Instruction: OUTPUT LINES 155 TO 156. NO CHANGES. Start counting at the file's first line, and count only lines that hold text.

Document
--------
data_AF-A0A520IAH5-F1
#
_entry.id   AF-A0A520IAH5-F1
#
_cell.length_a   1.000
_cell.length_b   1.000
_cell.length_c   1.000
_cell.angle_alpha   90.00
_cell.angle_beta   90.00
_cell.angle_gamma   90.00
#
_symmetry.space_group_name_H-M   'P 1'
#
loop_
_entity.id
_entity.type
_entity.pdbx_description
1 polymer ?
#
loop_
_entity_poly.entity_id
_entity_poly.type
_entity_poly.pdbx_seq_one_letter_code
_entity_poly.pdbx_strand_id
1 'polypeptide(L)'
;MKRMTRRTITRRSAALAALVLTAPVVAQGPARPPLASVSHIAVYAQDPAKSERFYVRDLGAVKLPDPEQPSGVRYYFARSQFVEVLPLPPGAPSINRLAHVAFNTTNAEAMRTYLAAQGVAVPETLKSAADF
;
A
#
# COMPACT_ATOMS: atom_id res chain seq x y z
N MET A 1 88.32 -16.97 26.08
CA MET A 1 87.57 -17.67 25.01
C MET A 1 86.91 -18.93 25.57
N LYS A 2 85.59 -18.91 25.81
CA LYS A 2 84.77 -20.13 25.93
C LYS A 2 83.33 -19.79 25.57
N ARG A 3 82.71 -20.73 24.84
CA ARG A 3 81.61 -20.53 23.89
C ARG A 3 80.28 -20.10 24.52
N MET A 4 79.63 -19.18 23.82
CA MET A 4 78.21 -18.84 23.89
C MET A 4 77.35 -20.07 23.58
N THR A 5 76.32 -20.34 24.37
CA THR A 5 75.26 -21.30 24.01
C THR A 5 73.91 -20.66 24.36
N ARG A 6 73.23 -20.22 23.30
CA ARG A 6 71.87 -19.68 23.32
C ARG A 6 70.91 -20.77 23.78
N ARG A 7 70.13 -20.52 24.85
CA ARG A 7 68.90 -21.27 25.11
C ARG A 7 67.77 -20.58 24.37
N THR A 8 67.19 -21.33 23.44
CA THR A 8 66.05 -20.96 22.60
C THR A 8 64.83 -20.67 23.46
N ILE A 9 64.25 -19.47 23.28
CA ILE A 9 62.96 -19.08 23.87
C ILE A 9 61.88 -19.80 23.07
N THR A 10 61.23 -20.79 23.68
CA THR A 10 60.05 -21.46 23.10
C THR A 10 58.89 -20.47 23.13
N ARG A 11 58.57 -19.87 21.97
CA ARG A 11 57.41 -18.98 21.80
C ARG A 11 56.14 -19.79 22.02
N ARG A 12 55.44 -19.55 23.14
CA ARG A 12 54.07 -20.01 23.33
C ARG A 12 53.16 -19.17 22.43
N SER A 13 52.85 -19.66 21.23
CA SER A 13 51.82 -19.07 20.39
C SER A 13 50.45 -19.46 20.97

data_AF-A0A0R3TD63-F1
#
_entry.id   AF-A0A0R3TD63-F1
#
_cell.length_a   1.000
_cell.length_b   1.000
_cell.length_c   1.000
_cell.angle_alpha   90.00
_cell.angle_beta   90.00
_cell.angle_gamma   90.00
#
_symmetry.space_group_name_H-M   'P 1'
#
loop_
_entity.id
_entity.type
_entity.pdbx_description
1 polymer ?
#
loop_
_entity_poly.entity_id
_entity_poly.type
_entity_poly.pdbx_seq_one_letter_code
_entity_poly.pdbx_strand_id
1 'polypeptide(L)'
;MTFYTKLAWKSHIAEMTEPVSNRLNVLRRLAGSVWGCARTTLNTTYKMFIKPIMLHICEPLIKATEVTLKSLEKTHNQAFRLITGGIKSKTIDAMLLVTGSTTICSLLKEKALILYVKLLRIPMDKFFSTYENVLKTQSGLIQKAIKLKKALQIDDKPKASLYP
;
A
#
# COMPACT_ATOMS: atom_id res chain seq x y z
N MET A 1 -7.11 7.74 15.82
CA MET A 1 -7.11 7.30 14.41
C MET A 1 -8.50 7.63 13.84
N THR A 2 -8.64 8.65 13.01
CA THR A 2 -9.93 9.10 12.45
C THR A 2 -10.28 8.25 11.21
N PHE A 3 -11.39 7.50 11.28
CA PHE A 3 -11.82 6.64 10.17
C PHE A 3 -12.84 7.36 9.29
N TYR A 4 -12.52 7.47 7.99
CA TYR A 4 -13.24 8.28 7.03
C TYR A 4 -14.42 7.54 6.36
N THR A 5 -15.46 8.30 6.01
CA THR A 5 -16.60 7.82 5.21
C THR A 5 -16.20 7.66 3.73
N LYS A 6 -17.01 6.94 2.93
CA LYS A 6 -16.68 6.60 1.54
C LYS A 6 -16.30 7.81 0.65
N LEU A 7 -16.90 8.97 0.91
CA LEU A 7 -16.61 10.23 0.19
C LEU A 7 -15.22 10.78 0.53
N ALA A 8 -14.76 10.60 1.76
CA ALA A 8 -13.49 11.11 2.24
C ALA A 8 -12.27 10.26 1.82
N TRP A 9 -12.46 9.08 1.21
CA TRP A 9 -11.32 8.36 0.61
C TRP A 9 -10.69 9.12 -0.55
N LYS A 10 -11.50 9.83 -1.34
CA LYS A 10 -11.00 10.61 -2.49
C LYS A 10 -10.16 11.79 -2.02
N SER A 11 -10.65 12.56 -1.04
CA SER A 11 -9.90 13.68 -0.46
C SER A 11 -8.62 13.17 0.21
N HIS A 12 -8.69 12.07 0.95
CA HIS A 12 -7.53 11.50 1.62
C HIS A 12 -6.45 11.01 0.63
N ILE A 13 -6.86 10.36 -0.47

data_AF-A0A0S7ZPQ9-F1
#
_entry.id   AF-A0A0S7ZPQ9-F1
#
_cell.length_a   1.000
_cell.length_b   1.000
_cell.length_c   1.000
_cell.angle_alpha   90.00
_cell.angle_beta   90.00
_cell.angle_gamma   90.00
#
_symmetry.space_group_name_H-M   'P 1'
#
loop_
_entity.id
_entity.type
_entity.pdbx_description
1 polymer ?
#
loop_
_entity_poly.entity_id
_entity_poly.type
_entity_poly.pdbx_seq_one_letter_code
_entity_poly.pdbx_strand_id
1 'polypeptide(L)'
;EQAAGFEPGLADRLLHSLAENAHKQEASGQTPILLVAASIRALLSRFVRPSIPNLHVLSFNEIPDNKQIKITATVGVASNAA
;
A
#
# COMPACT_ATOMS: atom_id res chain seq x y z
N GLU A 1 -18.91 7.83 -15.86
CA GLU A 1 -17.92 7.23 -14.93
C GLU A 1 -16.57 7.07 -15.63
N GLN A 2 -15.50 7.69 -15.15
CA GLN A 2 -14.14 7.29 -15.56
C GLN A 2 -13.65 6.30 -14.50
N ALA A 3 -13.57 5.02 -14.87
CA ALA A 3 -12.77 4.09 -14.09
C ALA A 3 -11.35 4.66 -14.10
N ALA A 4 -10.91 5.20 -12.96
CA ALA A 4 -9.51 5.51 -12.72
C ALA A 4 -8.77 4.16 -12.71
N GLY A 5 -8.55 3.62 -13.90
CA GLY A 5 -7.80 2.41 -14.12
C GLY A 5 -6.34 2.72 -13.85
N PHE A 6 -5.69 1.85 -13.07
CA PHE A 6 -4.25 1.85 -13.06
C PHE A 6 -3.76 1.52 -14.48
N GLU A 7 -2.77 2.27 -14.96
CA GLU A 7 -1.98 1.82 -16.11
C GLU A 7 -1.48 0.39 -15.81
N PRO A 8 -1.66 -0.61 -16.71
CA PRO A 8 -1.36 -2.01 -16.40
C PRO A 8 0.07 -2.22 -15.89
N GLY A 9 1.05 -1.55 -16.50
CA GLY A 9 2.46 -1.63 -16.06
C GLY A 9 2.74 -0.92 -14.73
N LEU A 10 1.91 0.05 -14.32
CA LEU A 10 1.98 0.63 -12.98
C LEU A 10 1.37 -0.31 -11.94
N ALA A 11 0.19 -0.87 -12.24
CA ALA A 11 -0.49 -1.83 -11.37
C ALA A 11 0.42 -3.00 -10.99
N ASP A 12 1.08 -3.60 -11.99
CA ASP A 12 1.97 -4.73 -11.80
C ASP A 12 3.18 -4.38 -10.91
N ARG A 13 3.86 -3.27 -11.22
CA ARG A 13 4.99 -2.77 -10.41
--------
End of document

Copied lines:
#
loop_